Natalie MullenPhD student
'Negotiating the Asylum: Patient Agency and Asylum Authority in Lancaster County Asylum, 1840-1915'
My PhD project seeks to understand the experiences of individuals who were confined as patients in nineteenth- and early twentieth-century asylums. I am particularly interested in investigating the relationship between medical authority and patient agency in the institution. Using Lancaster County Asylum as a case study, I use medical records, objects, photographs, architecture and spatial analyses to explore the ways in which patients rejected, coped with or engaged with medical authority.
AHRC Doctoral Award (Oct 2015 - Sept 2018)
ESRC Interdisciplinary Event Fund (Aug 2017)
Dr. John Welshman, Lancaster University
Conferences, Workshops and Symposiums:
- 'Negotiating the Asylum: Patient Agency in Lancashire County Asylum 1840-1915' Social History Society Conference, Institute of Education (UCL), London, April 2017.
- 'Getting out of the Asylum: Running away and patient agency in Lancashire County Asylum, 1840-1915' Re-thinking the Institution in the Long Nineteenth Century, John Moores University, Liverpool, June 2017.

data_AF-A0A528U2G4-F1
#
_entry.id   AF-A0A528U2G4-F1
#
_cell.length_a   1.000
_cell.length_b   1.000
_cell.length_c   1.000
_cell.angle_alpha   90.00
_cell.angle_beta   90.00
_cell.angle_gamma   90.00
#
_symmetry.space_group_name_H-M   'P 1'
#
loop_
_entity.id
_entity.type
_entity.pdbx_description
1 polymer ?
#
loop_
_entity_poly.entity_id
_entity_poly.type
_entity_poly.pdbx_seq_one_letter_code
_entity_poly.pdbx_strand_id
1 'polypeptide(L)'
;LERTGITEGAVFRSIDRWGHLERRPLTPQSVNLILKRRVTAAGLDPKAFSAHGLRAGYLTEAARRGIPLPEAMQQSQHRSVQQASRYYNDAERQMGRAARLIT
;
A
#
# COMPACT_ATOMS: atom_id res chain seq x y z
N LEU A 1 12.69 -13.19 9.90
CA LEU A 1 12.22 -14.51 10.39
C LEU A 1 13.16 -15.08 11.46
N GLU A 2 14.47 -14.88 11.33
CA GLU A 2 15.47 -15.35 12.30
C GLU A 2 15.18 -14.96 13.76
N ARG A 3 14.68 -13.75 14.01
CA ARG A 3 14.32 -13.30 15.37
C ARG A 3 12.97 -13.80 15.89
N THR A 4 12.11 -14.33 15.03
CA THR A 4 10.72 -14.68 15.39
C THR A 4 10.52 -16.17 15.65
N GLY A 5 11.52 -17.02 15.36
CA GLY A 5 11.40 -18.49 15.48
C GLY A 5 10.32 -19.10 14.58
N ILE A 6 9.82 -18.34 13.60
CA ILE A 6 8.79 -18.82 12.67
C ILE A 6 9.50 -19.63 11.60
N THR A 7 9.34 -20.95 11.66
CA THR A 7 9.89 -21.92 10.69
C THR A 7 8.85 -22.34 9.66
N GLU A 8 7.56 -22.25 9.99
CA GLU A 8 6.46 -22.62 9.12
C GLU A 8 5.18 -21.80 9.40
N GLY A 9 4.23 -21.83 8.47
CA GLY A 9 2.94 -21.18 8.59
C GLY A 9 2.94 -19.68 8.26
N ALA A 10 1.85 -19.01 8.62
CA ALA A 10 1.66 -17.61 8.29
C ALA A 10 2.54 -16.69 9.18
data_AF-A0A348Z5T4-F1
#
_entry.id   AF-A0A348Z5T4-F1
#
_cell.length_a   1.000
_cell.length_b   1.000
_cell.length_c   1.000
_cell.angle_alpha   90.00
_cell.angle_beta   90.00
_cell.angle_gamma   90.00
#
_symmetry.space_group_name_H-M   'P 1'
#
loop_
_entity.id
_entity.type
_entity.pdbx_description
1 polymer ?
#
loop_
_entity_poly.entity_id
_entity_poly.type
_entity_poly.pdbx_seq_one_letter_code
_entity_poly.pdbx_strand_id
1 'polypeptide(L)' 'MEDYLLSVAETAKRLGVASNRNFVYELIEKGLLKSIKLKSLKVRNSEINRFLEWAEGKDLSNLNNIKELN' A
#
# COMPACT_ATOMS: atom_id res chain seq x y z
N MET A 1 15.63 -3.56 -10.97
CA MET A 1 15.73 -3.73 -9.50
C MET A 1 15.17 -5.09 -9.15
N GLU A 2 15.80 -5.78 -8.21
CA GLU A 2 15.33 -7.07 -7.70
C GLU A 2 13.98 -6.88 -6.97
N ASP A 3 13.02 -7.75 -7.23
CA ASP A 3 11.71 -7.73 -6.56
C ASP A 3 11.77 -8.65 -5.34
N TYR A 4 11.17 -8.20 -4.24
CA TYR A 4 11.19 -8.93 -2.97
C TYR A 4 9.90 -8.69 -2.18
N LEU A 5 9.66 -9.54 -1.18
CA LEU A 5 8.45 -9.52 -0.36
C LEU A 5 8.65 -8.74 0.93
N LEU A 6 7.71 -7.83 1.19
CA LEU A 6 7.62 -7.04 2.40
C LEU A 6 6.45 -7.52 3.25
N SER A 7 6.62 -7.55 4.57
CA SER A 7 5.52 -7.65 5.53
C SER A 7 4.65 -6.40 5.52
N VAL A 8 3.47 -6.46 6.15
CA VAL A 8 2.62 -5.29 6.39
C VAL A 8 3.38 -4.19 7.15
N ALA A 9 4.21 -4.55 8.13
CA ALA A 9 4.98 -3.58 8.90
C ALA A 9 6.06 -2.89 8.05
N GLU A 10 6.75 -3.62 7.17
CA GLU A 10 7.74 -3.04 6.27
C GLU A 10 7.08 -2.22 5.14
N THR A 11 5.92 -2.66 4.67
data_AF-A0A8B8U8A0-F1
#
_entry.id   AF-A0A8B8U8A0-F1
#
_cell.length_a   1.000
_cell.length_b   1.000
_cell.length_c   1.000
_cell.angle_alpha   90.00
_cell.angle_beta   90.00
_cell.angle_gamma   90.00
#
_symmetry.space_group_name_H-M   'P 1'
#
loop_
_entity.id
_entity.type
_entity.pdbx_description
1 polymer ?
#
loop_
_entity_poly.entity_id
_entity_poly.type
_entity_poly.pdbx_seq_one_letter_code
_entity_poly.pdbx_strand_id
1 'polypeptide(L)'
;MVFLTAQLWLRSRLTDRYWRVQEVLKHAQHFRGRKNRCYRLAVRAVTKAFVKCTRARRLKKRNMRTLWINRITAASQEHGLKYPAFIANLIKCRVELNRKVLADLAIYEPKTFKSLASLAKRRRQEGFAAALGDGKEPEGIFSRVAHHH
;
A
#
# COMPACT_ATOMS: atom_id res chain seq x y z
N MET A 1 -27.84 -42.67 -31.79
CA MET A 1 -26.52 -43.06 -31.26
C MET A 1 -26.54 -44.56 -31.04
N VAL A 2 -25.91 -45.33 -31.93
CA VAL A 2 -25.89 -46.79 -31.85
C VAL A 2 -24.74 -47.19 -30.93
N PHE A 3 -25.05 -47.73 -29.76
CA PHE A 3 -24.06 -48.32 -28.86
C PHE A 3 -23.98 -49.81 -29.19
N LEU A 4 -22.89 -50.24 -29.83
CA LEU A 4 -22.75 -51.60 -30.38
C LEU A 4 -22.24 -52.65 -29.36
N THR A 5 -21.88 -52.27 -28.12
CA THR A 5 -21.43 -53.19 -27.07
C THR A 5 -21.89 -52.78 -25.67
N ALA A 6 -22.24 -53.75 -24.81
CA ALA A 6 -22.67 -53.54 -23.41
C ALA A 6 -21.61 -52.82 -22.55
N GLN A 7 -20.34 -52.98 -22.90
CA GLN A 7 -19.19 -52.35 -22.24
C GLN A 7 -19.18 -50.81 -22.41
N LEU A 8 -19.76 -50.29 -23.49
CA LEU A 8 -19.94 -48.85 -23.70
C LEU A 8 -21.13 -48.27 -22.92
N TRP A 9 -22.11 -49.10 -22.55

- '"The Geography of License": Asylum Architecture and Patient Agency in Lancaster’s County Asylum, 1840-1915' Inaugral Congress of the Northern Network for the Medical Humanities, University of Durham, September, 2017.
- 'Locating Patient Agency: Patient Responses to Confinement in Lancaster County Asylum, 1840-1915' Patient Voices: Historical and Ethical Engagement with Patient Experiences of Healthcare 1850-1948, University of Oxford, September 2017.
I have participated in a number of public enagement events involving various community groups in Lancashire. In particular I was involved in the 'Left Behind: Capturing the Moor Hospital' exhibition at Lancaster City Museum 3 Dec 2016 - 19 Feb 2017 contributing public history talks on Lancaster Asylum. I have also contributed to 'Whittingham Lives', a three-year Heritage Lottery funded project, co-delivering a workshop on the ethical ramifications of malaria treatment at Whittingham, and provided a public lecture on patient responses to confinement in Lancaster Asylum.
I currently teach on HIST100 'From the Ancient to Modern: History and Historians'.
I have also contributed to HIST199 'Lancaster A Place in Space and Time' and MA History modules HIST434 'Critical Heritage Studies' and HIST401 'Researching and Writing History'.